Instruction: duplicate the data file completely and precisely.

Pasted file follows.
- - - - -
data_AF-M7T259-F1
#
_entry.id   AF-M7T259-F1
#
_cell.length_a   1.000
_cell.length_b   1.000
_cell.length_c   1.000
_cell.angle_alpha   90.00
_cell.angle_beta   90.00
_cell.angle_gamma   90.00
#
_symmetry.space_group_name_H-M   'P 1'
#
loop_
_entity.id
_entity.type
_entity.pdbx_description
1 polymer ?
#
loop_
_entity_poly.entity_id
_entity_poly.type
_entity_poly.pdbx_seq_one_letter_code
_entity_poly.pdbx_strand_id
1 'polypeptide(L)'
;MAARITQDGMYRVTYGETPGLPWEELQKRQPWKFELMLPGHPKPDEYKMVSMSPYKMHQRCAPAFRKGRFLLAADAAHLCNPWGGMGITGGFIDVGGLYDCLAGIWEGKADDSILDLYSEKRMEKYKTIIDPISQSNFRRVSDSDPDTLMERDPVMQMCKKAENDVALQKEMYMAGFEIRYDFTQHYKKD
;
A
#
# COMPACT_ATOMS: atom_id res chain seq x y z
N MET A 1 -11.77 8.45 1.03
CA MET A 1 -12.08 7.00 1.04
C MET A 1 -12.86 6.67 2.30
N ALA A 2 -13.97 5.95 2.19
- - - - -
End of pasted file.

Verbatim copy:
data_AF-M7T259-F1
#
_entry.id   AF-M7T259-F1
#
_cell.length_a   1.000
_cell.length_b   1.000
_cell.length_c   1.000
_cell.angle_alpha   90.00
_cell.angle_beta   90.00
_cell.angle_gamma   90.00
#
_symmetry.space_group_name_H-M   'P 1'
#
loop_
_entity.id
_entity.type
_entity.pdbx_description
1 polymer ?
#
loop_
_entity_poly.entity_id
_entity_poly.type
_entity_poly.pdbx_seq_one_letter_code
_entity_poly.pdbx_strand_id
1 'polypeptide(L)'
;MAARITQDGMYRVTYGETPGLPWEELQKRQPWKFELMLPGHPKPDEYKMVSMSPYKMHQRCAPAFRKGRFLLAADAAHLCNPWGGMGITGGFIDVGGLYDCLAGIWEGKADDSILDLYSEKRMEKYKTIIDPISQSNFRRVSDSDPDTLMERDPVMQMCKKAENDVALQKEMYMAGFEIRYDFTQHYKKD
;
A
#
# COMPACT_ATOMS: atom_id res chain seq x y z
N MET A 1 -11.77 8.45 1.03
CA MET A 1 -12.08 7.00 1.04
C MET A 1 -12.86 6.67 2.30
N ALA A 2 -13.97 5.95 2.19